How to add healthy foods to a picky eater's diet? - VeggieBoards
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#1 Old 11-15-2016, 12:08 PM
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How to add healthy foods to a picky eater's diet?

My boyfriend is an omni and a very picky eater. He also has a big problem with the textures of certain (ie most) foods.

These are the things he will eat in each food group:

Fruit: bananas, grapes (I think), blueberries (only in pancakes or muffins) I think that's all except fruit juice and jelly. He drinks apple juice and cranberry juices (usually the cran-mango which has added sugar)

Veggies: Corn, potatoes (only as fries or chips, and no sweet potatoes), tomato sauce on pizza and ketchup, says broccoli stalks are "okay" but never seen him eat any

Grains: Basically bleached flour products, will eat whole wheat bread when I make him a pb and J with it. doesn't like pasta or rice

Meat: mostly beef and chicken, some pork, rarely any seafood, will eat eggs but never makes them

Dairy: cheese, butter, milk (doesn't even like the smell of soy or almond milk), only yogurt he likes is trix or gogurt

Legumes: Peanuts and peanut butter, though doesn't eat these much

Know any tricks for easing into new tastes and textures, especially for someone who isn't too keen on doing it? Some recipes aimed towards kids maybe? Doesn't have to be vegan. Not trying to change him, just trying to get him to eat some fruits and veggies.

Last edited by VeganPoptart; 11-15-2016 at 12:10 PM.
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#2 Old 11-15-2016, 10:19 PM
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If he drinks juice do you think he'd try a smoothie? That's a good way to sneak in extra fruits and veggies without him knowing.

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#3 Old 11-16-2016, 12:09 AM
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Quote:
Originally Posted by Werewolf Girl View Post
If he drinks juice do you think he'd try a smoothie? That's a good way to sneak in extra fruits and veggies without him knowing.
Yes and blitzing veggies into pasta sauce or soup works well too.

Or make banana ice cream purely from frozen banana, it's all over the internet.

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#4 Old 11-16-2016, 03:32 AM
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I get my partner to eat more veggies by adding peanut butter sauce over them (in a pan, melt some peanut butter, soy sauce, rice or white vinegar, ginger powder and if you have it turmeric, and dilute with water to make a creamy sauce).

As far as plant milks, there is a ridiculous amount of different kinds now...rice milk, coconut milk, pea milk, hemp milk, flax milk, sesame milk, cashew milk in addition to almond or soy milk. And for the latter two, there are full fat versions and chocolate etc. The only way I could get my partner to drink almond or soy is the full fat version with vanilla or chocolate flavor. I still can't get him off dairy for drinking (he has rheumatoid arthritis and the Mayo Clinic doctors even recommended he get off dairy) but he will consume plant milks used in baking or cooking in place of dairy.

My partner is also not big on fruit (but will eat peanut butter and banana sandwiches, or apple slices or celery with peanut butter). Sometimes I make pancakes and make a fruit compote by adding berries, apple, or pineapple to a pan with a little cornstarch, water, and sugar and heat to make a thick sauce to go over the pancakes. I've also made this compote sauce with pineapple and vegan yogurt to go over sub sandwiches with roasted veggies and he'll eat the veggies this way. Roasting vegetables in the oven makes them a bit tastier.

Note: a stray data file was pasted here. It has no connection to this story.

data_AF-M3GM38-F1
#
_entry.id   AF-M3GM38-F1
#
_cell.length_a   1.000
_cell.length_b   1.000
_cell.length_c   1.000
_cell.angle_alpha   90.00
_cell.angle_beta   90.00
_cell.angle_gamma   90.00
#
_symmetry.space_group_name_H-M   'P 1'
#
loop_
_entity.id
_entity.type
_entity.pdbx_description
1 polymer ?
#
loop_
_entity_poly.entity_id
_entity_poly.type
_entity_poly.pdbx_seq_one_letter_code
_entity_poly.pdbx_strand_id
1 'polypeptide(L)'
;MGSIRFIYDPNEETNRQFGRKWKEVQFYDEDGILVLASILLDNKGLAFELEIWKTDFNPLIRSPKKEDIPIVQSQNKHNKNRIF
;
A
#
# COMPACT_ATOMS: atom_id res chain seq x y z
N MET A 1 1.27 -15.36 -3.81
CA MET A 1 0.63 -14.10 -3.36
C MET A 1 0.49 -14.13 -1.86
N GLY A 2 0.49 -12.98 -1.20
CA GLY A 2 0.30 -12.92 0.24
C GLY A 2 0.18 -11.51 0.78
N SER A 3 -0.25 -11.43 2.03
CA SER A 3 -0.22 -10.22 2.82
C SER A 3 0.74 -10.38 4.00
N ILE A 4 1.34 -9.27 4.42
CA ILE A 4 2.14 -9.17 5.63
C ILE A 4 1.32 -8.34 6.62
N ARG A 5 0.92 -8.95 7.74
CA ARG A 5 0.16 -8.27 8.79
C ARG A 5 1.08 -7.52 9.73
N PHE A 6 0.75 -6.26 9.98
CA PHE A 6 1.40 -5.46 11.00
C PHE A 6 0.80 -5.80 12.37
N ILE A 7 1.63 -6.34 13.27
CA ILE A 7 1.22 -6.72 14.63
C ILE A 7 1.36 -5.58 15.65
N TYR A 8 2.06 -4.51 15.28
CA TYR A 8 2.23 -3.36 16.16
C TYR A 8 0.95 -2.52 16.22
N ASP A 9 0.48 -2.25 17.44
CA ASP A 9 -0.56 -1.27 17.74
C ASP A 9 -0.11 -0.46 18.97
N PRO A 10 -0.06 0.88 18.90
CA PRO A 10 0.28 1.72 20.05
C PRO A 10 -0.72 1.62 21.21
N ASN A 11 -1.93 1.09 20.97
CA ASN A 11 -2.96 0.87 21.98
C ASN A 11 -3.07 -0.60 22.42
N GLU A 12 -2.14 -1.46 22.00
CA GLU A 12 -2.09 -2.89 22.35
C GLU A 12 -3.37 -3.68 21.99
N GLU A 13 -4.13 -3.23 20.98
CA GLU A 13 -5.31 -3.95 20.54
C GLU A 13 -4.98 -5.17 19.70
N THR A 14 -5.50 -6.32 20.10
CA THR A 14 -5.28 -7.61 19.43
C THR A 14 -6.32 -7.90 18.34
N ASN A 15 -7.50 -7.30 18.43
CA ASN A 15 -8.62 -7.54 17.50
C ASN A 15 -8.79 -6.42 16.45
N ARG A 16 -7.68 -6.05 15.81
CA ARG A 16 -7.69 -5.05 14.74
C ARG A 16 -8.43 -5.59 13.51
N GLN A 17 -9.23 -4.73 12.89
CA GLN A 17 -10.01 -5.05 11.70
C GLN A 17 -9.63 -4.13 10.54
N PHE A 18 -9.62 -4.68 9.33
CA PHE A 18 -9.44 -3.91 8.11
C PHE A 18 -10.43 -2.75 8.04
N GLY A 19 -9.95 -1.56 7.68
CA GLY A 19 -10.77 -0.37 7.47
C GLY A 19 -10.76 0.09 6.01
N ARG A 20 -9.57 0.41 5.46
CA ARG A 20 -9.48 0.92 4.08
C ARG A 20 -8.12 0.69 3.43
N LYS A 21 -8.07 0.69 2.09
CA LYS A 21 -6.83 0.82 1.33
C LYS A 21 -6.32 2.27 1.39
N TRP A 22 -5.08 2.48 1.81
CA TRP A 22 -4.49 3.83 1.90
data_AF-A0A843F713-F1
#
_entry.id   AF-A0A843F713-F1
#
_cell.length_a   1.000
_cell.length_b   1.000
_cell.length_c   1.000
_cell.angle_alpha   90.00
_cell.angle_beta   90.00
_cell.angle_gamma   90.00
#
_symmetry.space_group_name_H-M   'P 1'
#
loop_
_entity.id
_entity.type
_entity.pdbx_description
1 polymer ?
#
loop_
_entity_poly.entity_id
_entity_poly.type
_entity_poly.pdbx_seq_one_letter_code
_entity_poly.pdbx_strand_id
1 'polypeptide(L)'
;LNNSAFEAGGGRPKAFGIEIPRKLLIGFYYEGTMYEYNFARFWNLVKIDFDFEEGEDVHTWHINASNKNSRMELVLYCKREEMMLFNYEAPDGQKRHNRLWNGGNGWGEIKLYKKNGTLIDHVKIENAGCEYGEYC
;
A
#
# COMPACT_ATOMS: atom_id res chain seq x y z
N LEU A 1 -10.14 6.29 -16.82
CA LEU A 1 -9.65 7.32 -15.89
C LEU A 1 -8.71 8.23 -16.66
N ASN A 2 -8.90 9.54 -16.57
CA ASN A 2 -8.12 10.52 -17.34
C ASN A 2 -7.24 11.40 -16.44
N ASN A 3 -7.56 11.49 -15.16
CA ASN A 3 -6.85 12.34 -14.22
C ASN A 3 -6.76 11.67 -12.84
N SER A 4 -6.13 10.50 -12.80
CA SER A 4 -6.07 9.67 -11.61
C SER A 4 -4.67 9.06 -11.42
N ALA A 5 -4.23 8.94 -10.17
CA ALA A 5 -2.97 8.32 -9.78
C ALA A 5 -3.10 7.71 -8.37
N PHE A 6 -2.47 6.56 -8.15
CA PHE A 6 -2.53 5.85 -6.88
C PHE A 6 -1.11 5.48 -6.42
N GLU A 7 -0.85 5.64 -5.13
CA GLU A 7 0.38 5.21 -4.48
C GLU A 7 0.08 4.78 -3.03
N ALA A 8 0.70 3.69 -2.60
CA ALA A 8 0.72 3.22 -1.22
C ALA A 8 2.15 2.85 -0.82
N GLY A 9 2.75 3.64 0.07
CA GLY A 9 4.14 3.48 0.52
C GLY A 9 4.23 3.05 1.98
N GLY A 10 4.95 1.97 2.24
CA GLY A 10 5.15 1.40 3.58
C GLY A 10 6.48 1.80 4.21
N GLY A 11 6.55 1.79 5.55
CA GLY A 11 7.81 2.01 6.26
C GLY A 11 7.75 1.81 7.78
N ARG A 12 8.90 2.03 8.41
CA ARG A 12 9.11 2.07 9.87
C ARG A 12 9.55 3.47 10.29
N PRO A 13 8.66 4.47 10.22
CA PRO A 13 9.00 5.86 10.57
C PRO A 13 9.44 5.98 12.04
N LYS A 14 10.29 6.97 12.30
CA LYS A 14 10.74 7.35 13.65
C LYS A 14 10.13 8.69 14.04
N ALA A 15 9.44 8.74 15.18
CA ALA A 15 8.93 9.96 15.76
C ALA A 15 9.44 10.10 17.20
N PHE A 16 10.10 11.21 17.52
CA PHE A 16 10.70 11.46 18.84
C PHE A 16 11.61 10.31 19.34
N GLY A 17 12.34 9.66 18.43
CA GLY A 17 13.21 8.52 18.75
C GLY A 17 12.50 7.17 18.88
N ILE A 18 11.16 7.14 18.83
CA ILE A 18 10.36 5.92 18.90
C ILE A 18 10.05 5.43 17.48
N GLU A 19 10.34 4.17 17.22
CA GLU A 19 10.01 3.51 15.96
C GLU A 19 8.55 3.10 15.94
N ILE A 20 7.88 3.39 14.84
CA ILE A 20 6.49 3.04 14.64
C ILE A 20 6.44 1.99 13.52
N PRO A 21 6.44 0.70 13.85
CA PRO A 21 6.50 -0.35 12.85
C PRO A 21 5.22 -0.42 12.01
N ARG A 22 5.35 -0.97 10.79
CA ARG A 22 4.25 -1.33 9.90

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#5 Old 11-16-2016, 03:41 PM
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LOL i swore up and down when I read your post you were talking about my husband! ^_^

He's better now but when I first met him he had a deep revulsion for all foods that were not meat, potato, bread, or deep fried fish. I still can't get him to eat raw veg, but I found it has helped immensely to cut things really small, and cook them to a point where they no longer have a crunch. Soups and stews, roasted things, etc, tend to go over the most successfully. He has only ever eaten steamed broccoli once and it was covered in cheese sauce, and even then it was a struggle, so broccoli is off the table (for now) LOL.

I also make sauces from pureed roasted cauliflower, carrots, or beans etc - he will eat that no problem, even though he claims cauliflower is the devil LOL.
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#6 Old 11-17-2016, 02:04 AM
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I think that the most important thing is that he is open minded. I have similar problem with my boyfriend, taste and texture.
He is willing to try new foods but he is so scared that he will not like what he bites. A friend told me that if you present a food for 12 times, the person starts to accept it (like with kids). Try new recipes, ask him to stay open minded because mind can trick you and say that you don't like something even if it's not bad after all.

I don't enjoy much the smell of soy milk too but I don't have to sniffle it! haha


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